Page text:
If you've been reading this blog over the past two months or so you'll know my feeling about prints. By this I mean the making of photographic prints and why they are necessary and why it is an important skill to be able to make your own. 

Before I dive into this somewhat loaded topic,  let's look at past and present practice in photography. Over its history photographic prints have been, for the most part, the common currency in art photography. They were made either by the photographer or a skilled lab under the photographer's direction and they could be exhibited and traded as valuable objects and indeed, many of them were. An original Frederck Sommer or W. Eugene Smith print is a sight to behold. Lustrous, luminous, detailed and glorious, it can stand on its own against the best paintings, sculptures, drawings, etc. Just as important, fine vintage prints are a tactile and visceral connection to the artist that made them.

Then along came digital about 10 years ago and inkjet printing and Graham Nash Productions and terms like gliceé (a really a bad idea) and it was clear there was a struggle to try to grasp the concept that once a file is finalized an exact duplicate could be produced at the push of a button today, tomorrow or ten years from now. At the same time, the art of printing was fractured by new and emerging technologies combined with many false starts, digital gurus sprung up out of nowhere, each with their own rules for master printing (and frequently screwing things up) and many photographers gave up the idea of printing their own files, or indeed, printing the work at all. Add to this the compounding effect of the web, individual websites, and now tablets and it seems as though the need for a print of a photograph is peripheral at best and unnecessary at worst. For most of the world a photographic print is not needed and undesirable. And yet, it is impossible to escape the fact that really good printing, while unusual these days, is the best it has ever been. This gets me going as fine printing is about as fundamental to me as a career photographer and artist as can be. However, the screen has become the primary way I present my work to the masses. And its good, particularly if you look at the site on a good monitor, but prints it is not. Then don't get me going if you're  looking at my site on a smart phone! ARGH!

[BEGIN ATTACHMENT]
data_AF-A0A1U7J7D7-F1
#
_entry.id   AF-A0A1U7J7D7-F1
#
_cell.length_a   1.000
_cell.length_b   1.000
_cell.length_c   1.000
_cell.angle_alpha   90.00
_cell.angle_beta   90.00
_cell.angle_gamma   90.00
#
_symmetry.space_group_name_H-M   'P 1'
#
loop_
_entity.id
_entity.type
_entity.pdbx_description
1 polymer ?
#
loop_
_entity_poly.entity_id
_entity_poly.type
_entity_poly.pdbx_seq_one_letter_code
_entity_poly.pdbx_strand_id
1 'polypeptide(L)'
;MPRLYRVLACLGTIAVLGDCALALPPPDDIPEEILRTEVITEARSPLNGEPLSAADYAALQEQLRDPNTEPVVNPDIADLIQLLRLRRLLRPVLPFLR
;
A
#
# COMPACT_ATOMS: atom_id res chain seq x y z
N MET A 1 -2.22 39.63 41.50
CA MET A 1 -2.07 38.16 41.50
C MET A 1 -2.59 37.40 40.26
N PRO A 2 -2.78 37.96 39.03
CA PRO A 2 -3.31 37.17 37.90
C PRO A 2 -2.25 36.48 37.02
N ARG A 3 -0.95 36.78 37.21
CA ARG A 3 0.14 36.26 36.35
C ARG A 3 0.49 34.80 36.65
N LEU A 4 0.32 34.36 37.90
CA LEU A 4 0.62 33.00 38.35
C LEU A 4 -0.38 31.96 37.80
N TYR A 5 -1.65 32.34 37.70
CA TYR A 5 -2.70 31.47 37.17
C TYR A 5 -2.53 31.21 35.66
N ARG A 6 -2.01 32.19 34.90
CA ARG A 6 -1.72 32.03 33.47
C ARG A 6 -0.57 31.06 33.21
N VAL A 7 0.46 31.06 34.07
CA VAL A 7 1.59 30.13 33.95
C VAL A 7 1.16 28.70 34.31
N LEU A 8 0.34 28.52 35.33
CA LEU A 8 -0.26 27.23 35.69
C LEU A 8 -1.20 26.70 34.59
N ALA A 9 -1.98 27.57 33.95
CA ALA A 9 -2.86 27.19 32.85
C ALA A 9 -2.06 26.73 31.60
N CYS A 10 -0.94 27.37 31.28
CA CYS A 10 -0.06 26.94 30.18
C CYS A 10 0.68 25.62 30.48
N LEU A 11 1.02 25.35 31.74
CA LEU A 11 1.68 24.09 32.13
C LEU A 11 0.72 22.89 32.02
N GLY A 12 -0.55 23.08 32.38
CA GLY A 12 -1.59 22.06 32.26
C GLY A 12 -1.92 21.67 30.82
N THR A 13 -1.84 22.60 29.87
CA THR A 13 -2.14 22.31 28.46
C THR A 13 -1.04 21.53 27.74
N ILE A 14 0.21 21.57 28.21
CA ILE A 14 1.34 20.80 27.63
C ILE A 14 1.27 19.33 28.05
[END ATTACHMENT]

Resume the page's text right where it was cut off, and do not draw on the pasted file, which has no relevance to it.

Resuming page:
Okay, let's try to be rational and calm down a little and move beyond hyperbole and rhetoric. And let's be clear, the dust has settled considerably. Contemporary inkjet printing is a reasonably mature technology  and much of the complicated parts are below the surface as it isn't something most people "need to know". Nevertheless, printing for  yourself can be daunting , whether it is is conventionally using a darkroom or making digitally sourced inkjet prints.

Let me state my case:

The photographic print, in art circles, is still the object of choice for collectors, archivists, gallerists and curators. It also has proven marketable, relatively stable, and of long lasting worth. The print functions as "currency" in that something like a Fred Sommer print can be thought of as rare (he only made about twelve prints a year), valuable (prints are currently selling for from $15,00 on up to over $125,000 each) and as likely to accrue in value.  To bring it back to earth, will a print of mine ever be thought of in those terms? I doubt it, but that is out of my control for the most part and probably determined after my death. But what I can do now and can control is how I realize my work as an artist while I am living and that is to make excellent prints of what I photograph. You should too.


Because (here comes the point), beyond all the reasons written above, the print is the thing that shows how good you are. It levels the playing field in that your work, printed well, shines. It is instant credibility and puts you in contention in the big leagues. Your work, printed poorly, simply eliminates you. And worse, marks you as an incompetent for possibly all time.

Sorry for so much writing and no pictures but some imagery here seems like it would go against the point of the post: learn to print well to present yourself at your very best. Even if you don't print your work yourself, because you've learned how to make excellent prints, you will do better at getting the best out of whomever is printing for you. You want to be higher up the food chain of expressive, art photography? Have your work shown, reviewed and talked about? No matter how good your shooting is it won't matter unless you are making the best prints possible from your work. Make excellent prints of your work. 

A sampling of prints, from  1976 to 2012.

Topics: Prints

Permalink | Posted January 15, 2013